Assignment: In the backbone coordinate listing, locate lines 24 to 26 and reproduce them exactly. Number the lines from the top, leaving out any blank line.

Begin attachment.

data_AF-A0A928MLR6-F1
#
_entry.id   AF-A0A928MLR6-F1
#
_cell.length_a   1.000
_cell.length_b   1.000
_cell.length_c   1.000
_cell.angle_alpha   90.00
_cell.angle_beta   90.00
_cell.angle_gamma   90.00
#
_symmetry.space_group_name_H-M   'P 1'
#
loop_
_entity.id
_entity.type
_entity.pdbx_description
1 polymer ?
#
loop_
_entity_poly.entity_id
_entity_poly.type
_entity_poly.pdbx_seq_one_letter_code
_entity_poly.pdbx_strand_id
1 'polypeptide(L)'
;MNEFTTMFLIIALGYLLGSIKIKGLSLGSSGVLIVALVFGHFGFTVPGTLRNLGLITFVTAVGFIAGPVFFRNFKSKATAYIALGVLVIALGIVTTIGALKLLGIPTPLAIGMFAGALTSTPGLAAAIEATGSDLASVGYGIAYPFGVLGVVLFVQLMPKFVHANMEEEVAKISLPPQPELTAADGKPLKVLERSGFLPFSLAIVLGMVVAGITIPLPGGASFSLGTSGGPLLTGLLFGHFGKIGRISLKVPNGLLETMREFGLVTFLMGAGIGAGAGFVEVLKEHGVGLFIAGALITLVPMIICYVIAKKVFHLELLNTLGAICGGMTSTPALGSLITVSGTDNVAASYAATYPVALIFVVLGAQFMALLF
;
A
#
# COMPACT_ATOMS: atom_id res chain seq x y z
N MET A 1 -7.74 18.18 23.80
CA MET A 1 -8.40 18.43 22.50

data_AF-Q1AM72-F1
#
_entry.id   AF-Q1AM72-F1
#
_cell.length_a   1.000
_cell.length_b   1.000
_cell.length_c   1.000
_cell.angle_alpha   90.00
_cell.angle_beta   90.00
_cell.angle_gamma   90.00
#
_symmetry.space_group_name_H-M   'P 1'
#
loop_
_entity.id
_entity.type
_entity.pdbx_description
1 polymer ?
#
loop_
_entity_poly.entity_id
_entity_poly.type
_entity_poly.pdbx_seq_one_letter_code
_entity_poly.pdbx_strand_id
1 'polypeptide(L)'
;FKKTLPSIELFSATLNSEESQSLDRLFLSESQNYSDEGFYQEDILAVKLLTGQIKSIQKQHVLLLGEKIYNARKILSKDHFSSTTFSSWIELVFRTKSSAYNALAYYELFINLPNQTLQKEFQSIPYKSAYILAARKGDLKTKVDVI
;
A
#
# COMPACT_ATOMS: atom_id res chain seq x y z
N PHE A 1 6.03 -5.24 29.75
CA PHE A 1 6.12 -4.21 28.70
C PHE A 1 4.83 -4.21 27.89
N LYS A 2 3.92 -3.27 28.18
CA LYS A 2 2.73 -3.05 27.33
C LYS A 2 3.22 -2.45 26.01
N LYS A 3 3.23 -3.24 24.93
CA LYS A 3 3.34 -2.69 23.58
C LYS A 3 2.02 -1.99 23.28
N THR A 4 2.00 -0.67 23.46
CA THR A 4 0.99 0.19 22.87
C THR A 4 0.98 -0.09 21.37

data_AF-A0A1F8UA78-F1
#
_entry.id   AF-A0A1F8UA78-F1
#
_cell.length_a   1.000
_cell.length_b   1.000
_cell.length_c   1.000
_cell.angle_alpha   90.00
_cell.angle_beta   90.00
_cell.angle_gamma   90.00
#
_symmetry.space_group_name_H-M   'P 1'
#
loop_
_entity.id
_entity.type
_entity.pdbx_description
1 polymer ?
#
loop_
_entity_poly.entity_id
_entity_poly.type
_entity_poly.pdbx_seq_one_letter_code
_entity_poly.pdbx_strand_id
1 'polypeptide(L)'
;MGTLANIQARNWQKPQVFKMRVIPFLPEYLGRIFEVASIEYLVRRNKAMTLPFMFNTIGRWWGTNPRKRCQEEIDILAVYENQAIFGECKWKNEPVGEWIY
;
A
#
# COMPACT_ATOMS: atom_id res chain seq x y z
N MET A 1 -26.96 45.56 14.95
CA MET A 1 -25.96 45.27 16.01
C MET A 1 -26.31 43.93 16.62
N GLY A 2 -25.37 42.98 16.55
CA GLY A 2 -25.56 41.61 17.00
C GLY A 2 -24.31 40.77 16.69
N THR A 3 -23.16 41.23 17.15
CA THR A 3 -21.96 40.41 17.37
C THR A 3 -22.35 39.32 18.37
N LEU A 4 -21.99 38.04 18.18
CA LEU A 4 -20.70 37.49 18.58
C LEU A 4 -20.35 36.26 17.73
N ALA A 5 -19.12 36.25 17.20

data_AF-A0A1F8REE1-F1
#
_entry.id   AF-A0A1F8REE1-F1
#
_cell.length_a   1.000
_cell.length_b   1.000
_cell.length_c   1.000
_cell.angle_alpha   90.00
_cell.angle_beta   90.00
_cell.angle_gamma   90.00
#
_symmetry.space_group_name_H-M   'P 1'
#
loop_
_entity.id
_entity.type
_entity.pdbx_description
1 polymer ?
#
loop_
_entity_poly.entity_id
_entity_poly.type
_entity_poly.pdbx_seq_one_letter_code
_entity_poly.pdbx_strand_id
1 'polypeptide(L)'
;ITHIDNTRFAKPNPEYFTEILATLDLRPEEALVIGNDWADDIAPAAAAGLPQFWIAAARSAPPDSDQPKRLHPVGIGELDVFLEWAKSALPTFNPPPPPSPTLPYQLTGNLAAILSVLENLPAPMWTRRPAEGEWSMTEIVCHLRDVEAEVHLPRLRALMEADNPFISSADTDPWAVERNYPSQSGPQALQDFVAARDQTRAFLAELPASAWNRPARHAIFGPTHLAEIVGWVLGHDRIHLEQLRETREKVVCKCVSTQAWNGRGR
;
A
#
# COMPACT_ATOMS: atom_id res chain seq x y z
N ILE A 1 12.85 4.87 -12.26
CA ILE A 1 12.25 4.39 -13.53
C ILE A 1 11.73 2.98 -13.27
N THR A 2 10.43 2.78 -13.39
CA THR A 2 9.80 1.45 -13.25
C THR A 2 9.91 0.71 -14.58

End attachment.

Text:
_entity_poly.pdbx_strand_id
1 'polypeptide(L)'
;MNEFTTMFLIIALGYLLGSIKIKGLSLGSSGVLIVALVFGHFGFTVPGTLRNLGLITFVTAVGFIAGPVFFRNFKSKATAYIALGVLVIALGIVTTIGALKLLGIPTPLAIGMFAGALTSTPGLAAAIEATGSDLASVGYGIAYPFGVLGVVLFVQLMPKFVHANMEEEVAKISLPPQPELTAADGKPLKVLERSGFLPFSLAIVLGMVVAGITIPLPGGASFSLGTSGGPLLTGLLFGHFGKIGRISLKVPNGLLETMREFGLVTFLMGAGIGAGAGFVEVLKEHGVGLFIAGALITLVPMIICYVIAKKVFHLELLNTLGAICGGMTSTPALGSLITVSGTDNVAASYAATYPVALIFVVLGAQFMALLF